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This Is What Happens When Republican-Dominated States Adopt Right-To-Work Laws: Carrier Tells Stunned USW-Represented Workers It’s Moving Their Indiana Operation To Mexico Because Of Cheaper Wages

Move Will Occur In Phases Through 2019 & Negatively Impact 1,300 Good-Paying USW Jobs/Amid Worker Boos & Volley Of Obscenities, Carrier Rep Has Audacity To Tell Workers They “Must Remain Committed To Manufacturing Same High-Quality Product”

Published Thursday, February 11, 2016
by &

(INDIANAPOLIS, INDIANA) – In the Right-To-Work (for less) State of Indiana, Representatives of the Carrier Corporation told its stunned Union Employees Wednesday (February 10th) that the company would be moving its operations to Mexico in phases because of cheaper wages – a decision that will impact 1,300 Union Jobs by the end of 2019.

When the dust settled, it was announced Carrier’s two Indiana plants - which make products for the heating, ventilating and air conditioning industry, will be shifting their manufacturing operations to Mexico, which will negatively impact an overall total of 2,100 Workers.  Carrier will shutter its manufacturing facility here and move its operation to Mexico, which will eliminate a total of 1,400 jobs during the next three years.  Meanwhile, United Technologies Electronic Controls also announced it will move its Huntington manufacturing operations to a new plant in Mexico, costing the Northeastern Indiana City 700 jobs by 2018.  Those Workers make microprocessor-based controls for the HVAC and refrigeration industries.  Carrier and UTEC are units of Hartford, Connecticut-based United Technologies Corporation.

In a widely Internet-circulated, 3.5-minute video of the announcement that was taken by a Worker on their cell phone inside the plant, a Carrier Rep can be seen and heard addressing Employees, in part: “It was an extremely difficult decision.  The best way to stay competitive is to move production to Mexico (which) will allow us to maintain high levels of product quality by competitive pricing and continue to serve the extremely price-sensitive marketplace.  I want to be clear, this is strictly a business decision.  It by no means reflects on the performance of this facility.  Throughout the transition we must remain committed to manufacturing the same high-quality product.  We still have a job to do and continue as we do every day.”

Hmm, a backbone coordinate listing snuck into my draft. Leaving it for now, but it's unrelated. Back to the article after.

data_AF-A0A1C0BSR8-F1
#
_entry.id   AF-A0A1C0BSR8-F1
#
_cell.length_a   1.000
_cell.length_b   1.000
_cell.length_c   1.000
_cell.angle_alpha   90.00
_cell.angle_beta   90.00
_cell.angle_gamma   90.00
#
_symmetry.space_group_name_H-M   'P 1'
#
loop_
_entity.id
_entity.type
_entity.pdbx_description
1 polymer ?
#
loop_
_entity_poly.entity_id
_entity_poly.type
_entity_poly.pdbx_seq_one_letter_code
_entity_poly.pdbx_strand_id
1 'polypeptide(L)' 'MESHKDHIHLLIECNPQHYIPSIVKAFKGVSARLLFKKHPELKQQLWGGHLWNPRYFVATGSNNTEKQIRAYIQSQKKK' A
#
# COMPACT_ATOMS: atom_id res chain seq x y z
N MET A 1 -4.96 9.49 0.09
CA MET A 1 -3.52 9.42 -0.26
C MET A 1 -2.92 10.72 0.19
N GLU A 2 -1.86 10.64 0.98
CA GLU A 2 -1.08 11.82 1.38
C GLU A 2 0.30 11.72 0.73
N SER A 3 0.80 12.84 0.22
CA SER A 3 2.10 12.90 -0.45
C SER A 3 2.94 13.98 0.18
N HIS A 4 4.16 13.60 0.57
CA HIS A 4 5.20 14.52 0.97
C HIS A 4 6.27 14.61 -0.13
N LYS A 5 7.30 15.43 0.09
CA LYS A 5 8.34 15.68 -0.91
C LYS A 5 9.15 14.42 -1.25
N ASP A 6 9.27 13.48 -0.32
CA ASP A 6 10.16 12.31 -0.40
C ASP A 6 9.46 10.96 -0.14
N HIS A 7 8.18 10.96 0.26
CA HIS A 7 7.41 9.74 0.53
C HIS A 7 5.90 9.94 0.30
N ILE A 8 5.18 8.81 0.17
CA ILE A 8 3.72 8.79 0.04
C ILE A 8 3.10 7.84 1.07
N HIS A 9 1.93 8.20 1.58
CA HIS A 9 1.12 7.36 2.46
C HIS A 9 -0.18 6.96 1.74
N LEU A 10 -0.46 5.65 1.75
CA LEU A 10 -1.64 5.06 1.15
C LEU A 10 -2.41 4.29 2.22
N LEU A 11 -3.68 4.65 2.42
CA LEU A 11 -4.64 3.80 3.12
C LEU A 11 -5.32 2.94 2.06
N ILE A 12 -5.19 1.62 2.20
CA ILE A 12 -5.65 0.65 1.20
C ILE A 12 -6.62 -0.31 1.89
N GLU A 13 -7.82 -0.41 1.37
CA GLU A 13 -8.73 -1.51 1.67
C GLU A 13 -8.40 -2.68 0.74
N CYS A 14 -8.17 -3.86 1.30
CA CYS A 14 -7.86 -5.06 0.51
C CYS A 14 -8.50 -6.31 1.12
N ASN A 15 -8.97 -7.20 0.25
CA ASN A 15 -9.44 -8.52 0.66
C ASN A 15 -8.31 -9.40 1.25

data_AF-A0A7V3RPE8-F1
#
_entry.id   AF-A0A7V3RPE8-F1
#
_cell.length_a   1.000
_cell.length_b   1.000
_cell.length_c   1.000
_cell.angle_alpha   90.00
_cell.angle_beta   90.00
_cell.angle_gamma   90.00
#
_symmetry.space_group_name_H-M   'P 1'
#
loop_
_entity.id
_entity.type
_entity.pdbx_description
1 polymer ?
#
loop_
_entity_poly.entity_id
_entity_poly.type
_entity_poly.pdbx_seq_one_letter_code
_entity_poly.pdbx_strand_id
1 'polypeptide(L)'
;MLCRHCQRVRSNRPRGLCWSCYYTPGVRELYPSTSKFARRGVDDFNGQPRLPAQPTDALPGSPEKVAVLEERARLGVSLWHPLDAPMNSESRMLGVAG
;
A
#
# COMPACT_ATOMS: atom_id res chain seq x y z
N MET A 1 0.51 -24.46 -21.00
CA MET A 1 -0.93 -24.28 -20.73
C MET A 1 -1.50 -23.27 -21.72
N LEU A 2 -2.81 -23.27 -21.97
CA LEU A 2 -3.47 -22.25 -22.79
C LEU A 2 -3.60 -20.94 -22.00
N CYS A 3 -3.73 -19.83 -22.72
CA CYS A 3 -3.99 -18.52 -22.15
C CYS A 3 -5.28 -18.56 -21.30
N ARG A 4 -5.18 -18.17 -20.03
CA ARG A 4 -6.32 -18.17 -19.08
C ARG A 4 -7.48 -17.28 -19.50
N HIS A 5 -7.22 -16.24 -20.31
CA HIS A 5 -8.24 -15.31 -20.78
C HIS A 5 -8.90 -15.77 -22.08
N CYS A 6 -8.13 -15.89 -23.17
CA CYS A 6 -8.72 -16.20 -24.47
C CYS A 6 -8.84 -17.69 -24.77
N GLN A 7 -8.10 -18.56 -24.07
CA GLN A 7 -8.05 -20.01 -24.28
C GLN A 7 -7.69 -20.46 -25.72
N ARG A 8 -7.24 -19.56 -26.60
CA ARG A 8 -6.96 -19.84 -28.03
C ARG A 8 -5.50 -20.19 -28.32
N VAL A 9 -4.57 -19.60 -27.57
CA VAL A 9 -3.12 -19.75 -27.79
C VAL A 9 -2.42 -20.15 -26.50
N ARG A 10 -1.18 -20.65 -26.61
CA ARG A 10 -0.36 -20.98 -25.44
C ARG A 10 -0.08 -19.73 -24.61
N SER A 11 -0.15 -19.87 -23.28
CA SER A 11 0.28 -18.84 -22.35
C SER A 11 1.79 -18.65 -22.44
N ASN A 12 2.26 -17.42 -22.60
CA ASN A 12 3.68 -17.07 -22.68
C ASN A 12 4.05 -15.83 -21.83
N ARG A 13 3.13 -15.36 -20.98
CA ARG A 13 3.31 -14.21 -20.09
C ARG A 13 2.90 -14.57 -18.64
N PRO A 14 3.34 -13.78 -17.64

The emotions of the stunned Workers – represented by United Steelworkers (USW) Local 1999 – can be heard in the video, as well as a volley of obscenities yelled at the Carrier Official (You can watch the video via’s Facebook Page at

Carrier manufactures furnaces in Indianapolis.  While the company plans to relocate over the next three years in three phases, Carrier Officials said its residential HVAC headquarters and engineering organization will remain in Indianapolis.  The phase-out is to begin in May of 2017 and will wrap up in 2019.

With the current fight to stop the Trans-Pacific Partnership (TPP) Trade Agreement, which would further erode the American Economy and allow good-paying jobs to continue to be sent overseas as they were under the North American Free Trade Agreement (NAFTA) and other detrimental trade agreements, this latest announcement of American companies making the decision to move jobs to another country where wages are cheaper and do not compare to U.S. Worker Wages is a further example of why Workers need to get involved, voice their opinions and ultimately vote for candidates that support Working Family issues.

Now in what may be yet another too little too late scenario, The Indianapolis Star reports Indianapolis Mayor Joe Hogsett issued an executive order Wednesday to convene local, state and federal resources to assist Workers who will lose their jobs: “Today’s surprise announcement was without warning and incredibly disappointing.  While I am obviously concerned about the economic impact, my top priority is the well-being of the hard-working families affected by this decision.  A job lost in any part of our community affects us all and I believe these are the times we must come together as one city to lift up our neighbors.”

USW 1999 reportedly represents 1,300 members at the Indianapolis Carrier plant.  Local 1999 President Chuck Jones told WTHR-TV in Indianapolis that the Union Workers who were notified about their jobs moving to Mexico "did not see it coming.”  “It was a total shock," he said.  The move will mean the loss of Union Jobs that average $20 to $21 per hour.  "We know the reason.  They want to become more profitable by exploiting Mexican labor," Jones said.

One Worker, Robert James, told the Indianapolis TV Station: "This facility is not losing money. If it was losing money, I think these things would be understood better.  This company just wants to make more."

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